Hate List is about a girl named Valerie Leftman who's life was turned upside on May 2nd. On that day, her boyfriend opened fire on their school cafeteria, aiming for the people on the "Hate List" they had created together. Confused and scared about the situation herself, Valerie ends up getting shot and is put out of school until the following school year.
Upon returning, she finds herself to be an outsider to all of her old friends. They, along with many other students, are conflicted: they're not sure whether to believe that she's guilty for creating the list or innocent for not knowing about what Nick was going to do. Throughout the school year, Valerie learns that she must make amends, and let go of part of her past in order to secure her own future.
Review: Normally when I read a book like this with a school setting in which a tragedy occurs (e.g. shooting, bombing, etc.), I find it dull. My mind is fully aware the whole time that everything is fictional, and, therefore, I can't feel any emotions because I feel as though they're just going to end up being a lesson about bullying guised by a novel with a plot barely able to be called a plot in the first place.
That being said, I liked this book. I geniunely liked this book.
I was able to empathize with Valerie. I felt like all the times society and her own family seemed to shut her out, I was sitting right there with her.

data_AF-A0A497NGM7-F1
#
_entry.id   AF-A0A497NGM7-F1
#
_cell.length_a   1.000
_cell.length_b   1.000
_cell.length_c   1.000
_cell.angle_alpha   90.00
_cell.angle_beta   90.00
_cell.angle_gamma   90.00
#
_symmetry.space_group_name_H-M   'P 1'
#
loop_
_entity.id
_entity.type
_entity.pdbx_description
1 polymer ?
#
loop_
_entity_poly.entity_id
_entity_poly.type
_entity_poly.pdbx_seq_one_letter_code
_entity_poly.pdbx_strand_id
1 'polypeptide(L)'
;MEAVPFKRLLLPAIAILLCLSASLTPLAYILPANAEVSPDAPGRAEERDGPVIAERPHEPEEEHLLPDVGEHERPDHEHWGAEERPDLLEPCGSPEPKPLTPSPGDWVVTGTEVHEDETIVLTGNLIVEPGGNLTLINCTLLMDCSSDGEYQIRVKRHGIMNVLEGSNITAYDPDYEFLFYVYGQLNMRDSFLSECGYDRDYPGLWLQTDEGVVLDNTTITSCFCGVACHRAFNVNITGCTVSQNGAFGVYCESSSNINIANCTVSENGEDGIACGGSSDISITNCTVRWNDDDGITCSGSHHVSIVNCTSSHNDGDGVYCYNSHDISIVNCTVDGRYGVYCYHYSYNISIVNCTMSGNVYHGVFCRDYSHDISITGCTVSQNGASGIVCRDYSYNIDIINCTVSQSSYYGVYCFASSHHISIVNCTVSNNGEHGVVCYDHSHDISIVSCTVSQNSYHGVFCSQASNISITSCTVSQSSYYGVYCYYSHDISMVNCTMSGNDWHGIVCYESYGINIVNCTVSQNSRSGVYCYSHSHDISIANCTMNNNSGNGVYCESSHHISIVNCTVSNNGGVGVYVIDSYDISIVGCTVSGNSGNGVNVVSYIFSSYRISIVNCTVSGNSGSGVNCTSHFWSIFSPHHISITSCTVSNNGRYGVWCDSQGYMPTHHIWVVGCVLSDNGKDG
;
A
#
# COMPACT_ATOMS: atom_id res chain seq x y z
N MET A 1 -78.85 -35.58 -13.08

I saw Nick the way she saw him: by the end of novel, even though he had killed the kids, I still saw him as a victim. Valerie too. I think that's the whole underlying message Brown way trying to convey: that you don't have to be shot or targeted to be a victim. Kids left Garvin High School with not only physical scars, but mental scars as well. They were all victims.
I also enjoyed the format of this book. I liked the beginning where it switched between the newpaper articles, before the shooting, and then after the shooting.
Final Verdict: Four stars. Didn't give this five stars because of that annoying Mary Sue quality of Valerie (i.e. a fantastic artist) and just... I don't know. Something felt missing to me. Like the ending needed to tie up just a few more loose ends. Otherwise, good book.